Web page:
I was 11 when the boys clustered around me at lunch, calling names:
skank, hoser, slut, scumbag, stupid butt-ugg bitch.
I don’t recall why they hated me, only their sneering baby faces
and those skinny chests puffed up with imaginary muscles.
We knew we’d probably be raped sooner or later, my friends and I all knew.
The knowing was something we carried tucked between our legs like a blade.
If one of us forgot and let her guard down, we’d get angry:
How could you let that happen, we’d wonder. How could you forget?
So I planned it carefully. A nice boy on a hillside overlooking the city.
Broad daylight sufficed since I wanted to do it in the open, natural, like any other animal.
I didn’t know how, after deed was done, he’d spring to his feet like a fighter
evading the count and sprint up the path to straddle the summit, fists raised to the sky.
There’s a delicate line between giving and losing, owing and giving,
taking and stealing, giving and taking away.
Or maybe it’s not a line at all but a layer of wet silk, a quavering doodle,
a tidal line evaporating in the sand.
On that line, I became a woman. A woman is not born, she’s made. But when? When Adam
needs something to keep him warm. When the doctor says so. When she is told not to climb
too high, to pull her skirt down or a boy will see her underwear.
With eggs or their fertilization. When someone makes her.
Like that time a guy drove me to his home instead of mine. I shouldn’t have gotten into his car
or I shouldn’t have gotten out. I should’ve refused to enter his apartment, should’ve said no
louder, but I was just an obstacle to be mounted, a scumbag, a scabbard. I didn’t call it rape
so I could at least control the semantics. Taking the blame let me believe it would never happen again.
We all have lists of things we did and did not choose. Did-and-did-nots, too.
And when someone’s decision outweighs ours, we get to choose under which column we list it.
There is a fourth option, a box with a lid where you can stuff the muddle of things that happen anyway.
I forgot the things I couldn’t change and chose my husband carefully.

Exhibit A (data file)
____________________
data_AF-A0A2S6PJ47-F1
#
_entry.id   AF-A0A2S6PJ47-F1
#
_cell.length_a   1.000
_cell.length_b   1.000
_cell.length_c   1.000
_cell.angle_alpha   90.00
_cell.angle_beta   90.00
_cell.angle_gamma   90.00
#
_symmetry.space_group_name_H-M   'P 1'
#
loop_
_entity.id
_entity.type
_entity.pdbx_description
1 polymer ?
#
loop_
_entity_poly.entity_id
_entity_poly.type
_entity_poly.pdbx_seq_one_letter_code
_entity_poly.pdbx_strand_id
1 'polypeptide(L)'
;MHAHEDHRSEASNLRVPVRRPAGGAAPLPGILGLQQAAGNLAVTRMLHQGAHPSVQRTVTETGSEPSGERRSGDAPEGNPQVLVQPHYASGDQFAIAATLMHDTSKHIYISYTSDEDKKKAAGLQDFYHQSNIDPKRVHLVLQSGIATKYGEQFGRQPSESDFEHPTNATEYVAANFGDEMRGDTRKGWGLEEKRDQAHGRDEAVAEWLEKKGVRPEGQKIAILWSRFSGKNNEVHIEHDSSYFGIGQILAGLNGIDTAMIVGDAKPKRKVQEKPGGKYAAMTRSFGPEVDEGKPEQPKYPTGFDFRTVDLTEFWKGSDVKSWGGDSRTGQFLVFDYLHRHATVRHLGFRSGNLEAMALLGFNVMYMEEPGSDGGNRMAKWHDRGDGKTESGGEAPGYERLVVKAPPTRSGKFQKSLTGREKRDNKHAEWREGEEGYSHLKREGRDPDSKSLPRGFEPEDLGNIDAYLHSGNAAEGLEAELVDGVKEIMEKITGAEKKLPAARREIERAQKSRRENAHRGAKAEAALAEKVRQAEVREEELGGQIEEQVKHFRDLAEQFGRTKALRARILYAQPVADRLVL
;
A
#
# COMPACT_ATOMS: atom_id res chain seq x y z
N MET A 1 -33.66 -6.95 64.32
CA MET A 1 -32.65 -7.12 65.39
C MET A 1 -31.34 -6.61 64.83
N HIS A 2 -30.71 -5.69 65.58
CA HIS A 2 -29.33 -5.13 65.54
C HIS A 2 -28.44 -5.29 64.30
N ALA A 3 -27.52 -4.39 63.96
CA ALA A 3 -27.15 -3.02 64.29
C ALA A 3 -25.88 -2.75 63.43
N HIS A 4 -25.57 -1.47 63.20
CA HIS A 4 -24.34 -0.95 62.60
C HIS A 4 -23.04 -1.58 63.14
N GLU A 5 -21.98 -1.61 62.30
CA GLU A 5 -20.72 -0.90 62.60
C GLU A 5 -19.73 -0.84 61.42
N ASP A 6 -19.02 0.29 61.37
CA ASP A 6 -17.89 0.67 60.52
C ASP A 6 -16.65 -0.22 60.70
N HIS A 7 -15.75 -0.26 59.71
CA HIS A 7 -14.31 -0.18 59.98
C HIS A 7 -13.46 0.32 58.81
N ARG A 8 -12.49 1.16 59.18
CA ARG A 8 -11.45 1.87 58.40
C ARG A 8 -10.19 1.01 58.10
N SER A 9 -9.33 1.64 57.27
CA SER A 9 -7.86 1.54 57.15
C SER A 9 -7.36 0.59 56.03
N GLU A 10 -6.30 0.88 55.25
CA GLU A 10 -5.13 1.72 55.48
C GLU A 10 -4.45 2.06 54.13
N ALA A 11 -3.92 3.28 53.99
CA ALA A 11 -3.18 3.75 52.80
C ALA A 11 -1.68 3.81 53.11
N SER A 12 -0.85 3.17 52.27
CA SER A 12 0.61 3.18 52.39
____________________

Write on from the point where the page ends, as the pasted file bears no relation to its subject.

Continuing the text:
I had daughters, one and two. Birth was a powerful surrender.
I gazed at those faces for hours, watching to see what she would and would not choose.
Every moment, every year, a new angle rises to the surface.
On their faces ambiguity is clear, questions ripple with muscle.
Then when my first was 11, a boy at school called her a whore.
He said he was only joking. He walked up behind her, put his hand on her shoulder
and said, “Did you know that most rapes start with some kind of casual contact?”
He thought it was funny, and so did his friends.
How could I let that happen? How could I forget? I recite a litany of things I did and didn’t do;
can-and-cannots rock me from side to side. If I hold her head in both hands, press my palms
to her ears, and love her deeply, maybe.
Maybe, maybe pulls us forward.
Let’s watch a movie, she said, one you liked when you were my age, and that was easy
that was Saturday Night Fever and all the girls lined up on a square of asphalt during recess
and we’d all do the hustle, clomping up and down, side to side on our cork platforms
while the boys on the other side of a cyclone fence pretended not to notice.
So we watched together, only I somehow failed to remember
how two women are accosted before the opening credits are done rolling
how the main character tries to rape his dance partner because they didn’t win.
How could I blank out a gang rape in the backseat of a car?
The girl onscreen struggles and sobs under boys who writhe like mindless maggots, all mouth,
no ears and no eyes, and I realize my girl is lying stiff as a mannequin
her eyes are two mouths that scream without sound
She says why are we watching this, can we please turn it off?
What else have I done to her, what blades of knowledge planted deep
what litany of can and cannot does she use to sing herself to sleep
thoughts grown nacreous, keening and honing and thrumming inside.
But it’s harvest time. I hold my truth in hand
whetted, bone hard, and heavy.
Look how sharp, how beautiful.